Medtronic's second run at bringing a renal denervation treatment to market in the U.S. reaches an important milestone next month. And competitors are likely watching intently.
Six years after its device for treating resistant hypertension failed to demonstrate effectiveness in a closely eyed clinical study, the medtech giant is set to unveil new data on its so-called Symplicity system on March 29 in a late-breaking trial at the American College of Cardiology meeting in Chicago.
Outgoing Medtronic CEO Omar Ishrak in January highlighted forthcoming renal denervation tech as a key product in the company’s pipeline in a presentation at the J.P. Morgan Healthcare Conference. Calling it “a market that we have to create,” Ishrak noted that the company began work to develop the treatment about 10 years ago and has stuck with it despite the 2014 clinical trial setback. “This has not been easy,” Ishrak told investors.
If results of the SPYRAL trial are favorable, the company will move a big step closer to being rewarded for its efforts.
Resistant hypertension is blood pressure that remains elevated above target levels despite the use of medications prescribed to control it. With about 12% to 15% of the population treated for high blood pressure struggling with the resistant form, according to the American Heart Association, a novel treatment could be a game changer.
“We expect positive pivotal trial results to serve as a significant catalyst for [Medtronic] shares since we think it would increase the probability that [Medtronic] is first to market in the U.S. with a renal denervation system,” Needham analyst Mike Matson said in a report Friday to clients.
Matson thinks Medtronic may have a potential $1.7 billion market on its hands. That's based on the belief that 5% of an estimated 42 million U.S. adults with uncontrolled primary hypertension and 4.6 million with resistant hypertension would be eligible for renal denervation, at around $7,500 per device.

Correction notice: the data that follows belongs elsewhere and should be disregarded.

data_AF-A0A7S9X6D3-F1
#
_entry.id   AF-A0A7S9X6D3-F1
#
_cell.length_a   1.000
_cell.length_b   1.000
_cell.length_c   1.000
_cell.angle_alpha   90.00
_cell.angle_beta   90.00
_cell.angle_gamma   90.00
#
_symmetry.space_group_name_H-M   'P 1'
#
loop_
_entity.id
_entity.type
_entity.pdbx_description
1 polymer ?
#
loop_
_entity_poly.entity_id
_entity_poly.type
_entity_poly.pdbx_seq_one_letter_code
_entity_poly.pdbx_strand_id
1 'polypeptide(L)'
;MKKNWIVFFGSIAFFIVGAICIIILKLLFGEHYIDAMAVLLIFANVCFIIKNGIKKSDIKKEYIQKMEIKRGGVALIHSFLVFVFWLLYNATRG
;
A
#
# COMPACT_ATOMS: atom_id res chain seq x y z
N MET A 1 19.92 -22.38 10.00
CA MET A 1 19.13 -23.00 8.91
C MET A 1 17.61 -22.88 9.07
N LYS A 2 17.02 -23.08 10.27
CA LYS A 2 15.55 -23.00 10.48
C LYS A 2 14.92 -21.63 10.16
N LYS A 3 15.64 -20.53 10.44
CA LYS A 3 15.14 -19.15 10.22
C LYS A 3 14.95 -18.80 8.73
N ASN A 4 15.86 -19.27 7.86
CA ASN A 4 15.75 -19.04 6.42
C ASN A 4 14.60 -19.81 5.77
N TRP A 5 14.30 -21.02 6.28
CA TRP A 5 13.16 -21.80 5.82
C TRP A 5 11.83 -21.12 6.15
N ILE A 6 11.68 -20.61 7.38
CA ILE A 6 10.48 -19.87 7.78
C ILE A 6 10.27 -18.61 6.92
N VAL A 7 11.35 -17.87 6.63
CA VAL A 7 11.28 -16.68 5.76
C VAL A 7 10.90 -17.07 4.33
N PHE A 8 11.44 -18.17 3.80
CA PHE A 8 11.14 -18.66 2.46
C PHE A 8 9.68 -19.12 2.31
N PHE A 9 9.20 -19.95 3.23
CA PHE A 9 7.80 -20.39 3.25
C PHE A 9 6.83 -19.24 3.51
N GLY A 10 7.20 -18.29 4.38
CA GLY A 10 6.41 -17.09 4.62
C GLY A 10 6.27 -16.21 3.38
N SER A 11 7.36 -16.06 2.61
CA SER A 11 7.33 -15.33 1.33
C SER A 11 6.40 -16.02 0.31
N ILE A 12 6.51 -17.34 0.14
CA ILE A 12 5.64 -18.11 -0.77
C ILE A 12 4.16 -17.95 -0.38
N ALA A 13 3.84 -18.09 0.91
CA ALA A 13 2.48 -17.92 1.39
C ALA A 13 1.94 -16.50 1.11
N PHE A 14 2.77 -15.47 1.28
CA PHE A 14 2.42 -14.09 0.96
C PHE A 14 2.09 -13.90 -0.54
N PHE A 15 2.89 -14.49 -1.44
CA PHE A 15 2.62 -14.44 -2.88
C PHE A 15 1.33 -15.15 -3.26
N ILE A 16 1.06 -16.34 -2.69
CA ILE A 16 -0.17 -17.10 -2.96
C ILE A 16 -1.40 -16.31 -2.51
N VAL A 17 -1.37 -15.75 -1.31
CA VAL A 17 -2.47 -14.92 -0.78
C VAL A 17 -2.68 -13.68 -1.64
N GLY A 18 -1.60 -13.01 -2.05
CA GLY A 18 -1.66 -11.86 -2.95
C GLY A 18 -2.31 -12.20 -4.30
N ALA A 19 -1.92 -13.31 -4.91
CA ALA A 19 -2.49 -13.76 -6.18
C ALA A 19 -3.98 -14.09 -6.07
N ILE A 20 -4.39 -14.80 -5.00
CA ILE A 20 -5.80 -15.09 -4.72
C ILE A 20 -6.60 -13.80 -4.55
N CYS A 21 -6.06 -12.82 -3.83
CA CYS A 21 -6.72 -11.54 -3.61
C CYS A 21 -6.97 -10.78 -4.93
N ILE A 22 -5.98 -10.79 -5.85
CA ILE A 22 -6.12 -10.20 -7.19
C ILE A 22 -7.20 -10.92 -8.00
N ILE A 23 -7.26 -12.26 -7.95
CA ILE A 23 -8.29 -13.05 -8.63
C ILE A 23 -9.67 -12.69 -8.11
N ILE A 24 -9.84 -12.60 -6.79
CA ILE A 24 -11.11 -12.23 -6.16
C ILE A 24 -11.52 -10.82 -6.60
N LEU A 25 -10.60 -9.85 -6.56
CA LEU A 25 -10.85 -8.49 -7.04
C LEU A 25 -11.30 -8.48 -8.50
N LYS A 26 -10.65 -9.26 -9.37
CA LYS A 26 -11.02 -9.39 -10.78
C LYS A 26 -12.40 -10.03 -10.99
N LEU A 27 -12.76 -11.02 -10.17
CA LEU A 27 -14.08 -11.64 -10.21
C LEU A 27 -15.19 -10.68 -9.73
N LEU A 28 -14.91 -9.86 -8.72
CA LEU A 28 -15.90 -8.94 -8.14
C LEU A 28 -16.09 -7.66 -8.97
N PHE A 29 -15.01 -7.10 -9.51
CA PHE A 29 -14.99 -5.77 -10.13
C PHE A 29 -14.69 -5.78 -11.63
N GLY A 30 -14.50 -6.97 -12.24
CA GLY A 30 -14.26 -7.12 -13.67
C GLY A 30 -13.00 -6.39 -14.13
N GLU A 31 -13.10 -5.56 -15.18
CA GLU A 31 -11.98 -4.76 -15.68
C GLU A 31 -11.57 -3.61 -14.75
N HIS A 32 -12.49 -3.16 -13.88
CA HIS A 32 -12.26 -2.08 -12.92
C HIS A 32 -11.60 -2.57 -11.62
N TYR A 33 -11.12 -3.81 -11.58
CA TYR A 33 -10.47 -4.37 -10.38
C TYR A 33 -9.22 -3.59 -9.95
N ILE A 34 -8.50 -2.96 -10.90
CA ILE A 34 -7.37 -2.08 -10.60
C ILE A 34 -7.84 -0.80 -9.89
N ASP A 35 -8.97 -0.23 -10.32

Medtronic could enter the market as early as 2021, Matson said, and company management has said it's already working with Medicare and private payers to obtain coverage.
The minimally invasive renal denervation procedure works by targeting specific nerves near the kidneys with radio frequency ablation to regulate overactivity. Medtronic picked up the original technology in its 2011 acquisition of Ardian for $800 million. Although not approved in the U.S., Japan or Canada, the device is sold in more than 50 countries, according to the company.
In addition to the pivotal trial to be unveiled at ACC, last week the company announced it will begin enrolling patients in a pilot study evaluating the safety and efficacy of the system using a simplified procedural approach with a reduced number of radio frequency ablations. The single-arm study will enroll 50 patients at up to 15 sites in the U.S. and Europe.
Needham's Matson said that while Medtronic is on track to become the first company to the U.S. market with renal denervation, competitors Abbott and Boston Scientific are likely to restart development of their own programs, which were "shelved" in the wake of Medtronic’s earlier failed study. Several smaller companies, including Ablative Solutions and Recor Medical, are also working on renal denervation systems, the analyst wrote.